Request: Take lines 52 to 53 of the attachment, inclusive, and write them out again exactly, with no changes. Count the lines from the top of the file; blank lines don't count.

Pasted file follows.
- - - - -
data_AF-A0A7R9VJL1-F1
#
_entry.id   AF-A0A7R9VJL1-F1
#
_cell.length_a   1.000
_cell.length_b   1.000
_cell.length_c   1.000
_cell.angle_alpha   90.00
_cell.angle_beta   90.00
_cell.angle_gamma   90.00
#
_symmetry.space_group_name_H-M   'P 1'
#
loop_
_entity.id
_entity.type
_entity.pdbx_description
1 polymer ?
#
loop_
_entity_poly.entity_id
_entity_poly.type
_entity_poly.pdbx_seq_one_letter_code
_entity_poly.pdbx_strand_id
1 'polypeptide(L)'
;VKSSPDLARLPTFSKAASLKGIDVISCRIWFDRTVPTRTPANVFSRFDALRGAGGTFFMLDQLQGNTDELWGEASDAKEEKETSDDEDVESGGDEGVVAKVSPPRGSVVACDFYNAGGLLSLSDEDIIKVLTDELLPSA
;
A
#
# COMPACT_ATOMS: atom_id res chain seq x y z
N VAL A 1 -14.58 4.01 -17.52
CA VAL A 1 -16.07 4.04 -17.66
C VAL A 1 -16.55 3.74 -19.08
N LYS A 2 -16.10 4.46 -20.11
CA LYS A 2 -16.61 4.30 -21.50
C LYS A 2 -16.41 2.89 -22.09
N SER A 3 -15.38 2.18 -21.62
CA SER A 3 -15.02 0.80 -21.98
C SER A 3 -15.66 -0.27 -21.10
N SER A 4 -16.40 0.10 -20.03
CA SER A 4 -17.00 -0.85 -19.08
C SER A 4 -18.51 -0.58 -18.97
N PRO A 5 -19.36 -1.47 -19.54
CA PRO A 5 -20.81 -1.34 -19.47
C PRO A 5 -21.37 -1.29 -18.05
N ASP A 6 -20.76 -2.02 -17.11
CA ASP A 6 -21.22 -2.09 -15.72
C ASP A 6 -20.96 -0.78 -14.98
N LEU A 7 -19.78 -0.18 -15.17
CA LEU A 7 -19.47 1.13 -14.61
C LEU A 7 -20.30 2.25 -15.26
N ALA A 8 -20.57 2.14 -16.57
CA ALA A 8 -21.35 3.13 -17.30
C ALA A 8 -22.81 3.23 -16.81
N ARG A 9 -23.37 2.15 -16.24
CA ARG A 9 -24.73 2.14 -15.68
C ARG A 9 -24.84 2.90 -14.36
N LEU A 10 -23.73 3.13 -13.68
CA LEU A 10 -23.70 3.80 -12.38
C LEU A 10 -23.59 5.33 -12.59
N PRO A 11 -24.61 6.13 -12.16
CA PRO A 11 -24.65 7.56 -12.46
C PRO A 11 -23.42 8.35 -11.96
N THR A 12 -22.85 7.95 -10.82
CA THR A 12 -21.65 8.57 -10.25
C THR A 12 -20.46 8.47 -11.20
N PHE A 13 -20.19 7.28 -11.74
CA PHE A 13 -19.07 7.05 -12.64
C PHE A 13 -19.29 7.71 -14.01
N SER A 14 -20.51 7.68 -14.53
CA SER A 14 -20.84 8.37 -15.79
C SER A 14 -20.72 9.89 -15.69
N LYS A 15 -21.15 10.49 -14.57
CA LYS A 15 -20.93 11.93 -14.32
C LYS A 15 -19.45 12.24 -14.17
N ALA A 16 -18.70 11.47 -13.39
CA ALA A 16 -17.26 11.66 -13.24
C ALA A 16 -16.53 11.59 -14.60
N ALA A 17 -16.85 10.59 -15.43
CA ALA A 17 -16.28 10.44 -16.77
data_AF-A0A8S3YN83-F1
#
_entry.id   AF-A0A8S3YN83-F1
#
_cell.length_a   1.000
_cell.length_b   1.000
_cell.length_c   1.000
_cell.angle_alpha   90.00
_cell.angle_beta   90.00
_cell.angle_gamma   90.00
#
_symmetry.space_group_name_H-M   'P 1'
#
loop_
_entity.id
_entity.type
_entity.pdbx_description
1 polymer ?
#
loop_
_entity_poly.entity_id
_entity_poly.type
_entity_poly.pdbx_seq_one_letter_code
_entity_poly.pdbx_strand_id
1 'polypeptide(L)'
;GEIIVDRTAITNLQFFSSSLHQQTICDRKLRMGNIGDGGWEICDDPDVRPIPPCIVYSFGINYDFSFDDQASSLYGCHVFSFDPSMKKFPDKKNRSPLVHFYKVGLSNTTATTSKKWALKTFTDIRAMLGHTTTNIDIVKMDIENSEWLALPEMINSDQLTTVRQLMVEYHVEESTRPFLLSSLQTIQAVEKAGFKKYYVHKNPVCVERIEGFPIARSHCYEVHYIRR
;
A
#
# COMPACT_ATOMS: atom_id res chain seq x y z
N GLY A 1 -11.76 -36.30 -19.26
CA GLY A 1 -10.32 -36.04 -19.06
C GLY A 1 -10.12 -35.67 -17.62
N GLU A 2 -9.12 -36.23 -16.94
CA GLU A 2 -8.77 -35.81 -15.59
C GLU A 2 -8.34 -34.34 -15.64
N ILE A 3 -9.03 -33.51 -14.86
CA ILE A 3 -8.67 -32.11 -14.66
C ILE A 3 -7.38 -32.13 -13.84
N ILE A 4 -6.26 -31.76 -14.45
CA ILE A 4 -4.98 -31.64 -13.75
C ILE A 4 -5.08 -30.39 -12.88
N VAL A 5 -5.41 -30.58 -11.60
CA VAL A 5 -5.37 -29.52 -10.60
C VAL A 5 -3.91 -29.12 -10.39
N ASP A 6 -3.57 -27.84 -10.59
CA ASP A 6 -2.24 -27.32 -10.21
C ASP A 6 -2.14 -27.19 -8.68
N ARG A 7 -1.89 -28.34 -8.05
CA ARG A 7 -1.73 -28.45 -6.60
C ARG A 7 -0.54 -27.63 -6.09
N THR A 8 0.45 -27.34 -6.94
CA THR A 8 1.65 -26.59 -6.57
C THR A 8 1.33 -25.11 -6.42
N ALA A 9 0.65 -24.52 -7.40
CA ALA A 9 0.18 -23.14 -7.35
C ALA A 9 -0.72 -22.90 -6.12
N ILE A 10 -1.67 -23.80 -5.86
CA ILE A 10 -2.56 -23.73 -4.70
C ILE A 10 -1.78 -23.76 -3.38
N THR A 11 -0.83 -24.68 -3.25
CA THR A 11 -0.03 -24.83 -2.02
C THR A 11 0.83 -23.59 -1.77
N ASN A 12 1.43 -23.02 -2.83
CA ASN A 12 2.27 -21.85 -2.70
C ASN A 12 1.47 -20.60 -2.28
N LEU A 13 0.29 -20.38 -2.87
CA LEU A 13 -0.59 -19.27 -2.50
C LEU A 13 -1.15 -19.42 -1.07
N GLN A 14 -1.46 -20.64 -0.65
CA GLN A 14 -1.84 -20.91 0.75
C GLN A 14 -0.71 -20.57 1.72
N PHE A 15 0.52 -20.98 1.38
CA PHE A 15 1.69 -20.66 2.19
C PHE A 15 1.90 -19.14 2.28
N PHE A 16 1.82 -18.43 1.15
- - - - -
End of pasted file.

N ALA A 8 -20.57 2.14 -16.57
CA ALA A 8 -21.35 3.13 -17.30